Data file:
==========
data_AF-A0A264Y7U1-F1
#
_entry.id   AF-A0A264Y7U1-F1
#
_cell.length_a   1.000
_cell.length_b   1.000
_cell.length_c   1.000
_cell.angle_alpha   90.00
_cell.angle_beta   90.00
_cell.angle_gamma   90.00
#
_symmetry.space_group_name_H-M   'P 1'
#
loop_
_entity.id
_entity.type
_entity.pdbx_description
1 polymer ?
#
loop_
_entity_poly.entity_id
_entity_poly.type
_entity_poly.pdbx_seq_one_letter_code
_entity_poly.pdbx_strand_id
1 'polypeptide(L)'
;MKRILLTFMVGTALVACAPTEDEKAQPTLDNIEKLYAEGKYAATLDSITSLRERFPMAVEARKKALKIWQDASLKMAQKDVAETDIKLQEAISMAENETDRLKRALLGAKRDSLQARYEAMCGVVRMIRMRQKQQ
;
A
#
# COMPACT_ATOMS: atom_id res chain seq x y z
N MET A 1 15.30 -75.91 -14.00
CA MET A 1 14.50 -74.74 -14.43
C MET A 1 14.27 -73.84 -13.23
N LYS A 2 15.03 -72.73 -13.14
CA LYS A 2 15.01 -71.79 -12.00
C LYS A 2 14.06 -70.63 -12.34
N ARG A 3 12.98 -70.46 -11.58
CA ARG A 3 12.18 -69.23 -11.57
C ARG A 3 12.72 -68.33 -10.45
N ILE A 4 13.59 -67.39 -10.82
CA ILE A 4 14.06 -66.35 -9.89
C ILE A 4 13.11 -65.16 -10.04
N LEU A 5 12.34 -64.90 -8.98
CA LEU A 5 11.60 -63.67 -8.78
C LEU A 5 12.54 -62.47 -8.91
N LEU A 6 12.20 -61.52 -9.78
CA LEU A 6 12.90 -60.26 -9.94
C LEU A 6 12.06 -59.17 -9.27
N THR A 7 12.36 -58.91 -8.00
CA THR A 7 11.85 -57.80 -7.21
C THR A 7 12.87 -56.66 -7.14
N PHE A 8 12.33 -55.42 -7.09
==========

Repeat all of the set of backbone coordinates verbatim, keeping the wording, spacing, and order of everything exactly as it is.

data_AF-A0A264Y7U1-F1
#
_entry.id   AF-A0A264Y7U1-F1
#
_cell.length_a   1.000
_cell.length_b   1.000
_cell.length_c   1.000
_cell.angle_alpha   90.00
_cell.angle_beta   90.00
_cell.angle_gamma   90.00
#
_symmetry.space_group_name_H-M   'P 1'
#
loop_
_entity.id
_entity.type
_entity.pdbx_description
1 polymer ?
#
loop_
_entity_poly.entity_id
_entity_poly.type
_entity_poly.pdbx_seq_one_letter_code
_entity_poly.pdbx_strand_id
1 'polypeptide(L)'
;MKRILLTFMVGTALVACAPTEDEKAQPTLDNIEKLYAEGKYAATLDSITSLRERFPMAVEARKKALKIWQDASLKMAQKDVAETDIKLQEAISMAENETDRLKRALLGAKRDSLQARYEAMCGVVRMIRMRQKQQ
;
A
#
# COMPACT_ATOMS: atom_id res chain seq x y z
N MET A 1 15.30 -75.91 -14.00
CA MET A 1 14.50 -74.74 -14.43
C MET A 1 14.27 -73.84 -13.23
N LYS A 2 15.03 -72.73 -13.14
CA LYS A 2 15.01 -71.79 -12.00
C LYS A 2 14.06 -70.63 -12.34
N ARG A 3 12.98 -70.46 -11.58
CA ARG A 3 12.18 -69.23 -11.57
C ARG A 3 12.72 -68.33 -10.45
N ILE A 4 13.59 -67.39 -10.82
CA ILE A 4 14.06 -66.35 -9.89
C ILE A 4 13.11 -65.16 -10.04
N LEU A 5 12.34 -64.90 -8.98
CA LEU A 5 11.60 -63.67 -8.78
C LEU A 5 12.54 -62.47 -8.91
N LEU A 6 12.20 -61.52 -9.78
CA LEU A 6 12.90 -60.26 -9.94
C LEU A 6 12.06 -59.17 -9.27
N THR A 7 12.36 -58.91 -8.00
CA THR A 7 11.85 -57.80 -7.21
C THR A 7 12.87 -56.66 -7.14
N PHE A 8 12.33 -55.42 -7.09